for me - apart from playing snake on my first cell phone - the most played incarnation was Curve Fever 2, which was (maybe still is) also a flash based online multiplayer thing. it features smoothly curving snakes instead of only 90 degree turns. has ffa, teams and powerups. great game! easy to start, hard to master.
My most played version of Snakes was one I wrote on my Amiga in AmigaE.
that looks cool.
here is a possible workaround for what you wanted (at least how I understood it)
It makes use of a new feature coming to towers, that lets you sample the IN port for setting the faders.
In this example the top bank (A) is used by MIDI-CAT and the bottom (B) by TRANSIT.
Each bank’s output is connected to the other bank’s input.
The lower half of the screen is a simple virtual midi controller running outside of Rack.
Creating presets work like this:
- move faders on midi controller to set bank A
- click “=” button on bank B to copy faders from A
- write to snapshot in TRANSIT
Reading presets with fade requires some helpers from Bogaudio
- LFO to trigger the COPY/RAND input periodically with squarewave
- BOOL with AND operation to mute the triggers when TRANSIT isn’t fading
- OFFSET to scale up the fade input (needed for smoothness at the start of the fade)
Further you could hook-up external controls to trigger the copy action and save snapshot, and of course you need to switch between the outputs of bank A and B whatever they are controlling.
This “copy” feature is not yet available in the library, but you can download dev builds from here.
In case someone tries out these builds, please report back if they aren’t working, as this is the first time I use github to automate cross-platform builds.
Btw, thanks to everyone who contributed to this thread on Azure Pipelines!
EDIT : realized I’ve been going off-topic and turning into a tutorial on towers with this so I’ve moved this comment from here to here.
using the mod inputs on towers to modulate fixed voltages selectively
The EXP random out from VCV Random is inputted to the top fixed voltage row.
The bottom row is controlling how much modulation to apply. It is set to bipolar mode to be able to go down or up. Since it’s output is also polyphonic it can control the faders individually. In case the channel count doesn’t match perfectly, towers wraps around whatever it gets.
Here 4 channels control 8 (based on a mono IN), in a way that every 1st in a row gets increased, every 3rd gets lowered and 2nd/4th are left as they are.
The mod knob is turned a bit to the right. It controls the overall scaling so when on zero (12 o’clock), no modulation gets applied.
This way you can selectively introduce randomness or controlled change to your fixed voltages without having to break in or out of polyphony.
Made a new module,
I also improved on
towers’ music notation view (seen above), added a “windows” view for better viewing of gate signals and fixed some things (see changelog for details)
If anyone wants to try this out before it goes to the library, here are my dev builds
below, I paste the entry on
pianoid from the manual…
polyphonic note monitor and controller
made for visualizing notes coming from a midi keyboard, generative sources etc. it can function as a sort of “sample and chord” for people who are comfortable with playing chords on a piano keyboard. inputting notes with mouse is also possible.
- connect cv and gate from a MIDI-CV module
- play notes or chords to see them on the piano
- drag the left bar vertically to scroll up and down the keyboard
- drag horizontally to zoom in and out
toggle sustain with the
pianoid will sample notes that are pressed together and hold them until you play the next chord
sustained notes get saved with the patches (and presets), so if you close a patch, you don’t lose what you had sustained, you can also use 8FACE to buffer different chords and automate progressions etc.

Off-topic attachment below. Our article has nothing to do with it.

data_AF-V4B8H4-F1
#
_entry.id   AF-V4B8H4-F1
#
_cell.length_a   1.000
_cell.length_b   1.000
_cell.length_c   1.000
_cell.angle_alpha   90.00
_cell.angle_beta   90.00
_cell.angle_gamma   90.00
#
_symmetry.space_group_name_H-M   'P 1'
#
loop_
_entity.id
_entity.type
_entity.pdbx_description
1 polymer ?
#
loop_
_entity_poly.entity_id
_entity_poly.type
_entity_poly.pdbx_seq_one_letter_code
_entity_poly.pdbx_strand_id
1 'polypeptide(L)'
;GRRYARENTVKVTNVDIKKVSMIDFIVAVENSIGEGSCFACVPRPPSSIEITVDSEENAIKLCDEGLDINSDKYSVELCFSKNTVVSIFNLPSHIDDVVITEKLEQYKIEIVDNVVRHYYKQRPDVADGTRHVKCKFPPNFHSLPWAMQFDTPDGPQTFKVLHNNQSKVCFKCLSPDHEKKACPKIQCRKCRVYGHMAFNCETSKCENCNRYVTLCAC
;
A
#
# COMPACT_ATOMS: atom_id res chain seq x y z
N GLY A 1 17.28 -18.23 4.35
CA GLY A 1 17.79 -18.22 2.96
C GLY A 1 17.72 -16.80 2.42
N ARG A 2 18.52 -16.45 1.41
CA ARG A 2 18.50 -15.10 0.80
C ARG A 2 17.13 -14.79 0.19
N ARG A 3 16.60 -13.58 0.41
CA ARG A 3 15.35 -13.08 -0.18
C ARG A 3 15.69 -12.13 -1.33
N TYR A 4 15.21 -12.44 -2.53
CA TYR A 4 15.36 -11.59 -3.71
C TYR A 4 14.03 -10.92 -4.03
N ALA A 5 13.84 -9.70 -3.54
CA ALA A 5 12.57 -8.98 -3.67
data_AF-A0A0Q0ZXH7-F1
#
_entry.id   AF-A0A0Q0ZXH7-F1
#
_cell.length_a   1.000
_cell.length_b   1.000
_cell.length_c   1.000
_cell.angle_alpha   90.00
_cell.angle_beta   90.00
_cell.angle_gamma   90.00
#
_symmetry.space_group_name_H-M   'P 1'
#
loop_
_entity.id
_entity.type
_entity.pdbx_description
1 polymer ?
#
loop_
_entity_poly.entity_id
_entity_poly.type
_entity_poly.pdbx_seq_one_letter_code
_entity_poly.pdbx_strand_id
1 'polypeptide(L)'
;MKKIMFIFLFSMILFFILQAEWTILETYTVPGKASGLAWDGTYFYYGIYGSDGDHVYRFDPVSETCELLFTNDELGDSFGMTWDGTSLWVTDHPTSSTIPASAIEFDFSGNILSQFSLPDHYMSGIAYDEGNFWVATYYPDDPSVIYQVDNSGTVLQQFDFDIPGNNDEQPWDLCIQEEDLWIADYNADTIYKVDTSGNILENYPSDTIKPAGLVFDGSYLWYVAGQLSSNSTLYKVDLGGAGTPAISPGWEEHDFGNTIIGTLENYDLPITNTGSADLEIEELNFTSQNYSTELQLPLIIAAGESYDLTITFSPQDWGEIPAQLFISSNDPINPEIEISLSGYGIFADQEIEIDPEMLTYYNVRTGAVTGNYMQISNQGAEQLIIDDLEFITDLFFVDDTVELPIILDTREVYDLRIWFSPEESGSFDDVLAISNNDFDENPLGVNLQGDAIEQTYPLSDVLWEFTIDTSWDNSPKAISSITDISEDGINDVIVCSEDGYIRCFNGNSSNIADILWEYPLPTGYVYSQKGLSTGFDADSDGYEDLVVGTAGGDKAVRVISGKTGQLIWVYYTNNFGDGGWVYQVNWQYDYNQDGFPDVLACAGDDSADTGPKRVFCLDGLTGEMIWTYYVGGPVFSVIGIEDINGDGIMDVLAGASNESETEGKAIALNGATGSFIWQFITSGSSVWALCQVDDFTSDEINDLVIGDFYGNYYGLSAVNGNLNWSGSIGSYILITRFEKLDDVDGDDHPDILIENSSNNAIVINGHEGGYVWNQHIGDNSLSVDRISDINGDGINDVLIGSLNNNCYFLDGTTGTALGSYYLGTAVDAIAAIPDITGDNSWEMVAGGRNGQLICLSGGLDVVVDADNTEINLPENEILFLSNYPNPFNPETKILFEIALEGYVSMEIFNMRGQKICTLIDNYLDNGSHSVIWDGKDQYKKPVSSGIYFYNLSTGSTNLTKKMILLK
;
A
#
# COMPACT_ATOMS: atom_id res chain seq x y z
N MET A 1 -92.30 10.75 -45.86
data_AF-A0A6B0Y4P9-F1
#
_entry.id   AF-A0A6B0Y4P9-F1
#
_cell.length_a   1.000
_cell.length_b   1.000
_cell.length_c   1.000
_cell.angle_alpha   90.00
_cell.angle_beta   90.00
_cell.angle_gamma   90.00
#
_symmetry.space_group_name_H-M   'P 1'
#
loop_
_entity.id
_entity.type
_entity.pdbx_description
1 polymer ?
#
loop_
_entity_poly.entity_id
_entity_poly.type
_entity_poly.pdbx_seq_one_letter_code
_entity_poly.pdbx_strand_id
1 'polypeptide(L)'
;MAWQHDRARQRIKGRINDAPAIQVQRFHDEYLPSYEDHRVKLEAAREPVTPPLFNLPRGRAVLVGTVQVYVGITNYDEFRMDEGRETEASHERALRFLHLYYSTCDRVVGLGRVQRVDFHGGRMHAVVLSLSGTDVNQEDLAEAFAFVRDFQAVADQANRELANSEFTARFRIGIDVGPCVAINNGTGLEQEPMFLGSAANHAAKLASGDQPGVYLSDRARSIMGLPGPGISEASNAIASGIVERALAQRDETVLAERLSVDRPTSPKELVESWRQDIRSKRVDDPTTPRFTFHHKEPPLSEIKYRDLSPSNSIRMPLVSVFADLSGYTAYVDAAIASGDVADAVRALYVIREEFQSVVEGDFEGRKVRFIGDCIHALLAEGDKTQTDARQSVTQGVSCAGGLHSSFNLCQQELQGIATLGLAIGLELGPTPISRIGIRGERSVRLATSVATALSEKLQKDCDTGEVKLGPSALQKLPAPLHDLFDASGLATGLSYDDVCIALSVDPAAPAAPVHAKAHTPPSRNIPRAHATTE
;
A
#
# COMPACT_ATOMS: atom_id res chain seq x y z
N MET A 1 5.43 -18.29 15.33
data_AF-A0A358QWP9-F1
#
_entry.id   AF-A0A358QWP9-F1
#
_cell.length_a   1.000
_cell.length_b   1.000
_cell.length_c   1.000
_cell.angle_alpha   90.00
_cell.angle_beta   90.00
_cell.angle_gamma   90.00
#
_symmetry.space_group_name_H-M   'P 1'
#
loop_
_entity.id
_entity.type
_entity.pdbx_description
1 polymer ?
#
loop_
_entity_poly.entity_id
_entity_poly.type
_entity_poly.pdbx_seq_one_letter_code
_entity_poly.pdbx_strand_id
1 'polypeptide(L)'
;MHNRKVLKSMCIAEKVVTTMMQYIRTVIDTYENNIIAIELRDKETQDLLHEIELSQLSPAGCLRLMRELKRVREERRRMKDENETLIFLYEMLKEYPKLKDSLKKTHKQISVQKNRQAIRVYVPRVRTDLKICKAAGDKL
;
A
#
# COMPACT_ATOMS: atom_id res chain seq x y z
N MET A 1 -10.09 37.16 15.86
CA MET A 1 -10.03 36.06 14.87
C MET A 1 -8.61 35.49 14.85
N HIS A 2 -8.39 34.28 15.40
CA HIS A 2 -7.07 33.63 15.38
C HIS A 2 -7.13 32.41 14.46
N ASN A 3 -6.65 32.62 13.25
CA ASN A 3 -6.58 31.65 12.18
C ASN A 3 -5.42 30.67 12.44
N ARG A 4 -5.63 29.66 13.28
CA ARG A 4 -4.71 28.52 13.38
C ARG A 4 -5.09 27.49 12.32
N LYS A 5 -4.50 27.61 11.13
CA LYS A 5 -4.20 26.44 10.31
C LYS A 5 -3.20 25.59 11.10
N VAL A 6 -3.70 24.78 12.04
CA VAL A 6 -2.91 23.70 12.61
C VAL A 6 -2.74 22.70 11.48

if no input is connected, you can play notes with your mouse
enable sustain to input chords.
Haven’t said this elsewhere, but I sure do love the aesthetic of your modules! This new module looks super cool.
Thanks! This one was inspired by messing with a toy melodica, wish that had sustain too though
new module incoming, thanks to this post!
I had this module on my computer for a while now (actually
pianoid was made so it could help visualize this amongst others), maybe it will be ready faster if I share it as it is now.
based around the idea of avoid notes, it takes a note input and a polyphonic chord input and has a few knobs to set intervals you want to avoid.
- By default the first interval is set to 1, meaning “avoid minor seconds”, aka those notes that are 1 step from any of the notes inside the chord.
- The second interval is set to 6, meaning “avoid tritones”, it does the same as the first one, but with 6 step intervals to the chord input.
- The rest of the knobs start out with -1, which means they are disabled.
Input notes that are contained in the chord aren’t avoided.
The defaults will give you nice harmonies if you input 4-note chords.
For example on a C major seventh chord (
C E G A), it will automatically avoid everything outside the C major scale, and also
F, which tend to sound dissonant over this chord because it is 1 step from E.
detailed break-down : when I say it “automatically avoids everything outside the C major scale”, I don’t mean it makes a “guess” based on the inputted CM7 chord that we are in C major, it has zero knowledge of scales, the “majory” scale arises from checking for the “forbidden intervals”.
If you look at a keyboard and press down the C major seventh chord (
C E G A), every black key will be at 1 step from one of the those notes, and since the first interval is set to 1, these are all avoided, leaving a major scale.
Furthermore, F is 1 step from E (also 6 steps from B), so it will be avoided as well.
The exception in this case is B that is 1 step from C but since it is in the chord it will not be avoided. Every other white key is fair game since they are either contained in the chord, or they aren’t 1 nor 6 steps from any of its notes. Of course this works with different chords, intervals, but the piano layout makes it easy to explain it with C major.
in case you are wondering why 6 is the max interval steps you can set: intervals have no direction (at least not here), so for example 7 steps up is the same as 5 steps down (C + 7 = G, C - 5 = G) etc.